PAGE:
In this particular market, you are guaranteed to pick up a man who wants to lead you to his shop within the first five minutes. If you’re firm enough to shake him off, he is likely to call you racist. And then you find a new one thirty seconds later.

Lately I’ve been conversing with them in Wolof. They’re usually quite nice, and they don’t harrass you like some of the others. I enjoy the conversations, but the unpleasant side-effect is that you usually end up having to follow along all the way to their shop and/or get lost on some wild goose chase. I’m always firm about telling them that I’m not going to buy anything, but they never believe me. Even when I do plan to buy something, I NEVER do so in their presence. I always wait to shake them off.

There is one gratifying effect of the conversation route; I love hearing the words “she’s not a tourist” coming out of a vendor’s mouth. Alxamdulilaay.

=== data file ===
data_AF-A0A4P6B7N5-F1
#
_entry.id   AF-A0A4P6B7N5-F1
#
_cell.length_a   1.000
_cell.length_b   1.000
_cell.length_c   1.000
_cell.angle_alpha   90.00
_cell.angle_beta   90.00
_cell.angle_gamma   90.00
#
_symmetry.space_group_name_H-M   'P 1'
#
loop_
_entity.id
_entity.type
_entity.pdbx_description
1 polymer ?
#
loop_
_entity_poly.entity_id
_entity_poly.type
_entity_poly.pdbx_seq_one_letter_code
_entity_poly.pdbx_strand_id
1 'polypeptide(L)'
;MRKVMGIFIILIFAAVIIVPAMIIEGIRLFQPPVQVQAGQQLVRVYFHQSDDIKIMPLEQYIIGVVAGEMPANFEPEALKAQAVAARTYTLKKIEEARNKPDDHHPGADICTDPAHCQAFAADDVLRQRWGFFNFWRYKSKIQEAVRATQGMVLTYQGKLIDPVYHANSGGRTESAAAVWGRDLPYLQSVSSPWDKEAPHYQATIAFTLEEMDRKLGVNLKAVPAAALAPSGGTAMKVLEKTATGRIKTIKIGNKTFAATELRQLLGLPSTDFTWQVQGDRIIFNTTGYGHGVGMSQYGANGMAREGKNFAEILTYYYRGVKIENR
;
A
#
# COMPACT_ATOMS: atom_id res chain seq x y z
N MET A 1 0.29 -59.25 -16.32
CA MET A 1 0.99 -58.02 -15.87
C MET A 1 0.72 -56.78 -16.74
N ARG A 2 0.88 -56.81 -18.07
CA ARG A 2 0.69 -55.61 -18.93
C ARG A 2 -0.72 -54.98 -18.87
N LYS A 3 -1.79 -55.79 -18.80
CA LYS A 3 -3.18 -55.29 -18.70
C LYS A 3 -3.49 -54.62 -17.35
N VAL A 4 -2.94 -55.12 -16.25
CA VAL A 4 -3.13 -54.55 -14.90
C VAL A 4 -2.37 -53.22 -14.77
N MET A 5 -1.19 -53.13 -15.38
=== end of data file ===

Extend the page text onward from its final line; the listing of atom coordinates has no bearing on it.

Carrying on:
A Point of Interest

Thursday, February 7th, 2008

http://news.bbc.co.uk/2/hi/africa/7226346.stm

So.  I wanted to post the link, because it’s kind of a big scandal around here.  Also, it made the international news which doesn’t happen every day.  Then I realized that I had no idea what I wanted to say alongside the article, and decided to post the link alone until I thought of something better.

The problem is that I still haven’t thought of anything better.  Part of the problem is that I don’t know too much about the issue in the first place.  It is an extremely marginalized corner of the culture.  You just don’t talk about it.  The rough extent of what I know?

-The word for homosexual is “goor jigéen”, translating literally as “boy girl” or “man woman”.

-Sénégal is a Muslim country.  Open homosexuality is not accepted, or even acknowledged.  Ask the general population and they’ll tell you that it does not exist; “it’s unnatural”.